NGC 7822 (also designated Sharpless 171, SH 2-171) is a young irregular emission nebula and star forming region of about 40 light-years across, located some 3,300 light-years away at the edge of a giant molecular cloud toward the northern constellation Cepheus. It is home to the young star cluster Berkeley 59, whose stars are just a few million years old. A supernova remnant associated with NGC 7822, indicates that a massive star has already exploded.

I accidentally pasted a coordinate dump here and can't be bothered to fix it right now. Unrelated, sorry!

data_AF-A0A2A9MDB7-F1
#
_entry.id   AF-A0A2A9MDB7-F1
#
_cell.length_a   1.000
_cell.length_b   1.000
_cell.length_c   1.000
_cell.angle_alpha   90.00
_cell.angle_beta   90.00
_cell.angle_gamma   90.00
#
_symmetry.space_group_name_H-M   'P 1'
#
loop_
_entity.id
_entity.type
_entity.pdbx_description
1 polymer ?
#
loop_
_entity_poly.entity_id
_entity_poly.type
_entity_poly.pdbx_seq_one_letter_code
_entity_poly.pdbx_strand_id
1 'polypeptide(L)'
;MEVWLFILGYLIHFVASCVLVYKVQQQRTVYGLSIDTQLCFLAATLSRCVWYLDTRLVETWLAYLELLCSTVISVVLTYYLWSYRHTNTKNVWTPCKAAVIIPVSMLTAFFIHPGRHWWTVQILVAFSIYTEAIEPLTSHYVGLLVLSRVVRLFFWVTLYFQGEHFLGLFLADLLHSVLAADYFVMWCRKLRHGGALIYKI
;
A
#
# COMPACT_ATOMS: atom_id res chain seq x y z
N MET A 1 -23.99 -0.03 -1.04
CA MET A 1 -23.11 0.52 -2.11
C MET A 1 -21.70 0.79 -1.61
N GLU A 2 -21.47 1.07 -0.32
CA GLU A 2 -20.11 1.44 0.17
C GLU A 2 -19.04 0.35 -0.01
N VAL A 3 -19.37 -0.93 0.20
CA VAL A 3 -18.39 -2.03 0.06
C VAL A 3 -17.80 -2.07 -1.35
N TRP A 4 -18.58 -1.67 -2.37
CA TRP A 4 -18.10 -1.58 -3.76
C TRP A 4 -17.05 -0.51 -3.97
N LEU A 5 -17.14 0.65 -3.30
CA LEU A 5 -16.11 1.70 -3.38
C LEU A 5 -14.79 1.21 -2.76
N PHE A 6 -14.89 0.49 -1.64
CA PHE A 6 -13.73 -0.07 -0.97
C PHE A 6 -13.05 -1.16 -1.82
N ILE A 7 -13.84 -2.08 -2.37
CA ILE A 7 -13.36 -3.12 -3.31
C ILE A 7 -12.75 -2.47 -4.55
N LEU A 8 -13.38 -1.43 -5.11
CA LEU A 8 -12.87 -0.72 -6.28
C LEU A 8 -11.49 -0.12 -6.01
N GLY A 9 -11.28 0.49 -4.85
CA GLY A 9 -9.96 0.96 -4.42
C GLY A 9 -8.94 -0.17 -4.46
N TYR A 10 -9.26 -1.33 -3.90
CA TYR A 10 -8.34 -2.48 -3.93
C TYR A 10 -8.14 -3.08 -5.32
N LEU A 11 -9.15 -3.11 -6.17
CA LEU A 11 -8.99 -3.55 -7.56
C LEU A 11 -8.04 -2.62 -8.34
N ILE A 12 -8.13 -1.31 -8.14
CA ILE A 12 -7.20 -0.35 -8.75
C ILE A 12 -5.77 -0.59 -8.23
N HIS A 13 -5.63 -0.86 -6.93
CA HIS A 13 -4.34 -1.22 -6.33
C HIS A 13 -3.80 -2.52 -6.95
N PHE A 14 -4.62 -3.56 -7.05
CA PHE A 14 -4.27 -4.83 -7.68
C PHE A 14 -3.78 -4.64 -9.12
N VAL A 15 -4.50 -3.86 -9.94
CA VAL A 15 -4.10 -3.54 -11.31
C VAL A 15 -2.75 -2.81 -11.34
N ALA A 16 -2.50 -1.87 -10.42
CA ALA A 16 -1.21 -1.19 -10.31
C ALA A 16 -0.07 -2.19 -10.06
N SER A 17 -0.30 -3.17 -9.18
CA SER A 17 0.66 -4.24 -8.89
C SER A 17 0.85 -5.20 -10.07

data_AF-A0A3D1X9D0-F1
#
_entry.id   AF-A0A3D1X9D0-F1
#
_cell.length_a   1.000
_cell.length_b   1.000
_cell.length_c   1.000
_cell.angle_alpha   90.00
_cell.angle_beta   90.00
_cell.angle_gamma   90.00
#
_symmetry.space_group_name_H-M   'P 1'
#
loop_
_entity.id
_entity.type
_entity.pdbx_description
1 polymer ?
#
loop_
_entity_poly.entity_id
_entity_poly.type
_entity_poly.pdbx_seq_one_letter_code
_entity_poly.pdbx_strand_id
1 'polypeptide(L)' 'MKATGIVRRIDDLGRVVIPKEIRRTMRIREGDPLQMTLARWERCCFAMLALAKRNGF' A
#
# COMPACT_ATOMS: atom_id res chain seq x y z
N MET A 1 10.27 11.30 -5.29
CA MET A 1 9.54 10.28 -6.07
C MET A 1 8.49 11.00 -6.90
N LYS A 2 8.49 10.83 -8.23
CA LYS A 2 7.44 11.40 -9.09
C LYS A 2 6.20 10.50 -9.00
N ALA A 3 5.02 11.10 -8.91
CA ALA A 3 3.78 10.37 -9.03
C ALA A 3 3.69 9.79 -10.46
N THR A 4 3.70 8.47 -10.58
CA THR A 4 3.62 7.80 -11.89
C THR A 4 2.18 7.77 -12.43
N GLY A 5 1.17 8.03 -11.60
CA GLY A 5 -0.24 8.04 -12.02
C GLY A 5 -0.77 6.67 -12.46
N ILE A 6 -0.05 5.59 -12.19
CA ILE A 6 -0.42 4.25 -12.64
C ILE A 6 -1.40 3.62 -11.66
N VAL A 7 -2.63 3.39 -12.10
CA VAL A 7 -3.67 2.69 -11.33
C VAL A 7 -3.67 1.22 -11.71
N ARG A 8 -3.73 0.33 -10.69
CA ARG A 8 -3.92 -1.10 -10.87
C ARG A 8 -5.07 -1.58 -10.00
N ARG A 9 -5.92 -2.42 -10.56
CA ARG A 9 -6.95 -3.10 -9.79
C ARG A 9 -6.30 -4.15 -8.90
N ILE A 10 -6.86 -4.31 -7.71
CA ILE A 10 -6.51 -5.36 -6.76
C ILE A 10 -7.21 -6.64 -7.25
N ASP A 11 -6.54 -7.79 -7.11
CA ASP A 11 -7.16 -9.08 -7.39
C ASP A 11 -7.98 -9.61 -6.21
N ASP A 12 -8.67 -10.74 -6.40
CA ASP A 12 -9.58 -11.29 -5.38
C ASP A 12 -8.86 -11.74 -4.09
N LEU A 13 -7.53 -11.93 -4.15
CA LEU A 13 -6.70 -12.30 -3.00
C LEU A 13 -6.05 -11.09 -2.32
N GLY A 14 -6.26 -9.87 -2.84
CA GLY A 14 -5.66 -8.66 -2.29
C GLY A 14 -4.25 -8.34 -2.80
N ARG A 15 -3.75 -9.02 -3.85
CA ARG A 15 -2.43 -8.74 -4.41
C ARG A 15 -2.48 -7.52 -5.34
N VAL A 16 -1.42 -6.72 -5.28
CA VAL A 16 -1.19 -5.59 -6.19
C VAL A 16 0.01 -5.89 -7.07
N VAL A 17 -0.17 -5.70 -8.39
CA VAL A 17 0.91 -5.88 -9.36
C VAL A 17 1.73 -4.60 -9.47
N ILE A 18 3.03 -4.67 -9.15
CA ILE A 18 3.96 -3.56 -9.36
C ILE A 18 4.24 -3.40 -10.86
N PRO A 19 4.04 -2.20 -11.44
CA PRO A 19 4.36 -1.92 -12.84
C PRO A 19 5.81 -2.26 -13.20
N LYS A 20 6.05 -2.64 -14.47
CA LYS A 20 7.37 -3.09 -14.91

Berkeley 59 includes one of the hottest stars discovered in the vicinity of our Sun, namely BD+66 1673, which is an eclipsing binary system consisting of a very bright star that exhibits a surface temperature of nearly 45000 K and a luminosity ~100000 times that of the Sun.
Cosmic pillars of cold molecular gas and clouds of dark dust – often called elephant trunks – lie within NGC 7822. Powering the nebular glow are the young, hot stars of the Berkeley 59 cluster, whose powerful winds and radiation also sculpt and erode the dense pillar shapes. Stars could still be forming inside the pillars by gravitational collapse, but as the pillars are eroded away, any forming stars will ultimately be cut off from their reservoir of star stuff.
Image Credit: Neil Fleming